Iceland is poised to become the first European country to outlaw male circumcision amid signs that the ritual common to both Judaism and Islam may be a new battleground over religious freedom.
A bill currently before the Icelandic parliament proposes a penalty of up to six years in prison for anyone carrying out a circumcision other than for medical reasons.
Critics say the move, which has sparked alarm among religious leaders across Europe, would make life for Jews and Muslims in Iceland unsustainable.
One in three men globally is thought to be circumcised, the vast majority for religious or cultural reasons.
Many Jews and Muslims fear the issue of circumcision could become a proxy for antisemitism and Islamophobia, pointing to similar tensions over religious dress and the ritual slaughter of animals for meat.
Muslim and Jewish leaders attacked the proposal, while Cardinal Reinhard Marx, president of the Catholic Church in the European Union, said the bill was a “dangerous attack” on religious freedom.
“The criminalisation of circumcision is a very grave measure that raises deep concern.”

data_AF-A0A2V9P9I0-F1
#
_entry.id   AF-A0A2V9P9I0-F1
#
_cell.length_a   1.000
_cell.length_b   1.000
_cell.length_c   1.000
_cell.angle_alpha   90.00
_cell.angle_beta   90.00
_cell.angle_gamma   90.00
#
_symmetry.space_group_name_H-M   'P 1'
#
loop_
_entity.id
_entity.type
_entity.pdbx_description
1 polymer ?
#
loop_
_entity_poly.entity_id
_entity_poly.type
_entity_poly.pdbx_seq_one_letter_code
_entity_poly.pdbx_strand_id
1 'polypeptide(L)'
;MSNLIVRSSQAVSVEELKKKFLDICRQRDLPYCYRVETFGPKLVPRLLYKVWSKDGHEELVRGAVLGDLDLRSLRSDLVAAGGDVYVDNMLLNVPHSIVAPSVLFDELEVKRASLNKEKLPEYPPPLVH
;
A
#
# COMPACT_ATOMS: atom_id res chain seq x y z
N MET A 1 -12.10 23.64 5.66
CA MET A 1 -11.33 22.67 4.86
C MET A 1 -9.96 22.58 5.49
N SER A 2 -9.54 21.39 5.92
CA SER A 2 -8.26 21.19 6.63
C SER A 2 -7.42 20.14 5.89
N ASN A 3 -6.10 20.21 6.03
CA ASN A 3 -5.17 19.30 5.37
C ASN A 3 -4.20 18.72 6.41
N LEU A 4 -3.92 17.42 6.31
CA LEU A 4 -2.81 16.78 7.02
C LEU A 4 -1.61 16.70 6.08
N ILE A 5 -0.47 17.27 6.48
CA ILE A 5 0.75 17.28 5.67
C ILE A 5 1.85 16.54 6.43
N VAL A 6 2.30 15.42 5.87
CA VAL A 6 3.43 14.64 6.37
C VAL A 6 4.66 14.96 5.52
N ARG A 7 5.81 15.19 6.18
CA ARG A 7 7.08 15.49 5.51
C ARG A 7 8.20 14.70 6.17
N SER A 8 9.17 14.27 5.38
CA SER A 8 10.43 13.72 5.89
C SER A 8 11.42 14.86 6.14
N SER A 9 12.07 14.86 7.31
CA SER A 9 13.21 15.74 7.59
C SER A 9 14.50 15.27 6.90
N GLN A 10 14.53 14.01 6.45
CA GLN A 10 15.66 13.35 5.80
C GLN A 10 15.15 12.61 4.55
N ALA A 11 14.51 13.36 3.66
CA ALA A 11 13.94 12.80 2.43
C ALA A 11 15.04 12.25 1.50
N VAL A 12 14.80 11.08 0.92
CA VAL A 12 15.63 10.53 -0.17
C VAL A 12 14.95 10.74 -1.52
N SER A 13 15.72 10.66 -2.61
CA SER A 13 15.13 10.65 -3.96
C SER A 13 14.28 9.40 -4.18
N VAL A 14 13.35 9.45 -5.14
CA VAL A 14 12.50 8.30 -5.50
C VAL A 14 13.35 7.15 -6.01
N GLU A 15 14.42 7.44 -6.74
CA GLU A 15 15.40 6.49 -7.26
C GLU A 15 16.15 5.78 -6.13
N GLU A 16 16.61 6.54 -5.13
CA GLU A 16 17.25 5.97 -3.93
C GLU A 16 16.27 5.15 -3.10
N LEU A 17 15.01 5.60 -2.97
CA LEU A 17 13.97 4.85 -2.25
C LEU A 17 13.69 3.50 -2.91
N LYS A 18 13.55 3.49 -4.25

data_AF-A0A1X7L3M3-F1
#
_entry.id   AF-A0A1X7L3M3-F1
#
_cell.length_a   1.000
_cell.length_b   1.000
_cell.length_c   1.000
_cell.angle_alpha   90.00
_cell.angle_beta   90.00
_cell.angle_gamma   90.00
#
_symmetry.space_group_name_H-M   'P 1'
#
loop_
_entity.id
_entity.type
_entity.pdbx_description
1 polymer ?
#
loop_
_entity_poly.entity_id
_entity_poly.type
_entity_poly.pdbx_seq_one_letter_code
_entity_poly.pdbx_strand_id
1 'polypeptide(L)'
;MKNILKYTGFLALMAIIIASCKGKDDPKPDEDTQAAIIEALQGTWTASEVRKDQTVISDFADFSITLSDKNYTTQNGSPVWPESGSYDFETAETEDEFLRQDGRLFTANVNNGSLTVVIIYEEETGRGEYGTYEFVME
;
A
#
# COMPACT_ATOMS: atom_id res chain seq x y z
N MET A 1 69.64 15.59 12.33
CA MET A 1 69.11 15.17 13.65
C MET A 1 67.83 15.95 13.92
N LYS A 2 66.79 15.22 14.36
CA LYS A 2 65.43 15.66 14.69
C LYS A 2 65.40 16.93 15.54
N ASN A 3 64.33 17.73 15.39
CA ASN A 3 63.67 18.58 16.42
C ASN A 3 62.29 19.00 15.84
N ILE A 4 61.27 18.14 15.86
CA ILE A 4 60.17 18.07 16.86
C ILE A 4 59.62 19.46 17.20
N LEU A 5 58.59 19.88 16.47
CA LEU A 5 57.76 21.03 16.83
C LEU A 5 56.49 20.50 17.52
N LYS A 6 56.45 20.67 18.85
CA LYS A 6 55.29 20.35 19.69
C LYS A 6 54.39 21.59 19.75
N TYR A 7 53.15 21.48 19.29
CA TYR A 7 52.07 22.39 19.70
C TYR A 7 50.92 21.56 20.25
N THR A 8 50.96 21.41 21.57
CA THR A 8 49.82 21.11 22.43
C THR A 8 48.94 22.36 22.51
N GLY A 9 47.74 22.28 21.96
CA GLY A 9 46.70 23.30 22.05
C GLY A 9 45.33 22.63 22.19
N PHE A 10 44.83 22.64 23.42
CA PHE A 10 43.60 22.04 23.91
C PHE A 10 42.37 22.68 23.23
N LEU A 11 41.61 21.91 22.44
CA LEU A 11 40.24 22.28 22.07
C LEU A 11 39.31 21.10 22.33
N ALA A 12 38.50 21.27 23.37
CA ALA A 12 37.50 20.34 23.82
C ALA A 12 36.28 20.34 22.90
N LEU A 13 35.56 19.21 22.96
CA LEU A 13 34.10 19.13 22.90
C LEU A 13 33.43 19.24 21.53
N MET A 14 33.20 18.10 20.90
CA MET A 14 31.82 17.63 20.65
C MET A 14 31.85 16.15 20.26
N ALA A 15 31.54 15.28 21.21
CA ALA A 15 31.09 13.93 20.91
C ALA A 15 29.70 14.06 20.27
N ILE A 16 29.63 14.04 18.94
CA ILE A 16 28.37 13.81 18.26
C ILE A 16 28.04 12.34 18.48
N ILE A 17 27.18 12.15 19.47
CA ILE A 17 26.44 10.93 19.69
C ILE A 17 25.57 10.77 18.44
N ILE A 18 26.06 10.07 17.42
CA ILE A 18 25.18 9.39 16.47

“The Icelandic bill says the circumcision of young boys violates their rights and is incompatible with the United Nations convention on the rights of the child. It draws a parallel with female genital mutilation, already outlawed in most European countries.
“The bill says circumcisions are performed without anaesthesia, and claims the procedure is often carried out “in homes that are not sterile, and not by doctors but by religious leaders.
“There is a high risk of infections under such conditions that may lead to death.”
It acknowledges that while parents have the right to give religious guidance to their children, “such a right can never exceed the rights of the child”.
Boys who wish to be circumcised for religious or cultural reasons can do so when they reach an age at which they “understand what is involved in such an action”, it suggests.
Iceland’s population of about 336,000 includes tiny Jewish and Muslim communities. There are thought to be some 250 Jews and about 1,500 Muslims.